Camouflagedwrapped in winter cloudsfloating in search of thin sparkles of sunnot giving in to darknessthe sky is friend. No fiend, no foeunless it's pushed away from the warm sceneriesadopted by the heart.Stand high, sky! It's OK to be grayone day.
What a marvellous, beautiful, wonderful blog! Keep it up ...
Claude,indeed, one dayto be greyis okay.One more, though, seems like an eternityand camouflagedis Sean's serenity.[How, by Jove, could McSeanagall improve, when Madame Claude is occupying the saddle on Pegasus' back?]Sláinte! :)Francis,welcome to Omnium, and thanks for your kind com(pli)ment.Need I say that - traumatised since 1966 - I am relieved your first name is not Geoff? :)
I moved from Portland, OR where the skies looked like this for much of the year. Now I look outside my window in Halifax, NS and find the same sky view. Does it do this everywhere in November?
It takes November clouds to show you that there are a million shades of grey - in Canada, in Ireland, in Germany - a different million everywhere!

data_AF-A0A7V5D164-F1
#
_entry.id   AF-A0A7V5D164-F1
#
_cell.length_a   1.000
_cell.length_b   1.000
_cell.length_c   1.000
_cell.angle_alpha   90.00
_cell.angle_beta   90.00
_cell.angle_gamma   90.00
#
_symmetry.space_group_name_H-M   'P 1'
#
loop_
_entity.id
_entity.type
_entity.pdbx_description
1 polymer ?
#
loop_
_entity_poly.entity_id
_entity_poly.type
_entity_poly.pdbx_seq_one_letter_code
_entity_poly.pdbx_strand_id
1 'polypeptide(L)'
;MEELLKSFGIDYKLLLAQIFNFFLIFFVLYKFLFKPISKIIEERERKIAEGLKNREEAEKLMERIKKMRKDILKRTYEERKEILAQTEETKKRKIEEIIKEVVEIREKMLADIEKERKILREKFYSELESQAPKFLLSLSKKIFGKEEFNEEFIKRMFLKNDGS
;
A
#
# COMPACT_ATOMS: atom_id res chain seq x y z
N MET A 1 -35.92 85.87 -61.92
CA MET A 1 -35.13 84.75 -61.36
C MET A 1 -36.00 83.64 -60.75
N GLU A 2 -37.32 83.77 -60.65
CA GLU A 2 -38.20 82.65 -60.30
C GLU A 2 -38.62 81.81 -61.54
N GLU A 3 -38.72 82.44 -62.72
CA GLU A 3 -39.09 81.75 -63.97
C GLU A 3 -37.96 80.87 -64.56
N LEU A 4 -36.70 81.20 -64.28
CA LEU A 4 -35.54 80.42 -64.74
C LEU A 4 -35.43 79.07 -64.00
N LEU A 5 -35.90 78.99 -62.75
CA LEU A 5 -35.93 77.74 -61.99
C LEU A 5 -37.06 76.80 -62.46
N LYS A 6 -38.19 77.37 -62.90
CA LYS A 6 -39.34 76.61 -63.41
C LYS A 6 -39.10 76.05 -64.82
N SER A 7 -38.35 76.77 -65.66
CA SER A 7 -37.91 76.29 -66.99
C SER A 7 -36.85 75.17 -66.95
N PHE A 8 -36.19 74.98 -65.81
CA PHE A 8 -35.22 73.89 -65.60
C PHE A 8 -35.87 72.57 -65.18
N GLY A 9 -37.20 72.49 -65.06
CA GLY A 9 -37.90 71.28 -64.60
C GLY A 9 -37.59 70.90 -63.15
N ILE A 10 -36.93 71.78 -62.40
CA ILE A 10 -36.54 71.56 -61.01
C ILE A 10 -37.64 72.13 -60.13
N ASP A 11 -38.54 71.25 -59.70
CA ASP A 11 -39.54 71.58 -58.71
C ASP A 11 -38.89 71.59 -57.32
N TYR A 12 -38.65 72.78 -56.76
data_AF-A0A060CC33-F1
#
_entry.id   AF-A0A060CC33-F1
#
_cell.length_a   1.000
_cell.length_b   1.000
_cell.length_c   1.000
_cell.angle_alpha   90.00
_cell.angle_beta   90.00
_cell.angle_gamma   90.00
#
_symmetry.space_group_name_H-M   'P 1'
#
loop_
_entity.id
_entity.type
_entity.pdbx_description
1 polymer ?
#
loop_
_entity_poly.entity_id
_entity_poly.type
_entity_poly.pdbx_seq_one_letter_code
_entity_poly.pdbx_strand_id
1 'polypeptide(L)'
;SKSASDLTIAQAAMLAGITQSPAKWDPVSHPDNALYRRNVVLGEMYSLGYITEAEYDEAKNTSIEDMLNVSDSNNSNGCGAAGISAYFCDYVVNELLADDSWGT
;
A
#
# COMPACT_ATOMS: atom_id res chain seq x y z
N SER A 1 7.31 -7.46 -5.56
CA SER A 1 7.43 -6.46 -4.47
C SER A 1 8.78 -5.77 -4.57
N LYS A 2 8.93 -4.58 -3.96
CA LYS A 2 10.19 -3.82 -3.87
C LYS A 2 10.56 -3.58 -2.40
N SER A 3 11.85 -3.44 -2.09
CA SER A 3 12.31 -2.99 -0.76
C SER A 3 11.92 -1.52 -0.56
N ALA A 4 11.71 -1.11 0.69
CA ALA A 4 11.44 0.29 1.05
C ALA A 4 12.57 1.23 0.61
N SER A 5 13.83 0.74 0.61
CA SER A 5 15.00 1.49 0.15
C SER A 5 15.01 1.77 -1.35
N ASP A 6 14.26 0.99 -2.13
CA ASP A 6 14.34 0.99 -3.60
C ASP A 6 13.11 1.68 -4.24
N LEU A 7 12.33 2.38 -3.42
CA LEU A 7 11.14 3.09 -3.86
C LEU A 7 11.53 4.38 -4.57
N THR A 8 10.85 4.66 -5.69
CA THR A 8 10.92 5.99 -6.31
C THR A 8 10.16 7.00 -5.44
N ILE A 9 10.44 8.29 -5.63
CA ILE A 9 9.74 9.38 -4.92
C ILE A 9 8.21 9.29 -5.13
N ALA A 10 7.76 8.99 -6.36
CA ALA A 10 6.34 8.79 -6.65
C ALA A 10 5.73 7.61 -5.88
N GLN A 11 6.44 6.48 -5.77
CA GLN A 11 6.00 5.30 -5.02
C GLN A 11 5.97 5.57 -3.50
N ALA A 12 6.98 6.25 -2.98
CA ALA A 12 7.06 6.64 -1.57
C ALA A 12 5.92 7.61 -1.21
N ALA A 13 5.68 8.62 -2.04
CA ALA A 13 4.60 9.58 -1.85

Very grey and ominous!
Those clouds do not bode well for sunshine! Nice one
Our sky looks just like that today Sean. Did you send them over?
A heavy sky indeed.
Susan,Not sure but I think it's in a way everywhere around this time in the northern hemisphere.Seasons do change, though (so far), human systems not.Francis,quite.And may I add that not of Roger Hunt I was thinking when talking about Geoff Hurst? :)Knatolee,ominous, yes. And still, fascinating, day by day.Why? Well, that would be worth a post of its own.Jams,lots of grey, these days. Time for our hearts/imagination to 'Let the sunshine in'.Ruth,nah, Mylady, this very clouds reached Seanhenge via Scotland. :)CherryPie,heavy, but nonetheless beautiful.Anyway, I (think I) know what you mean.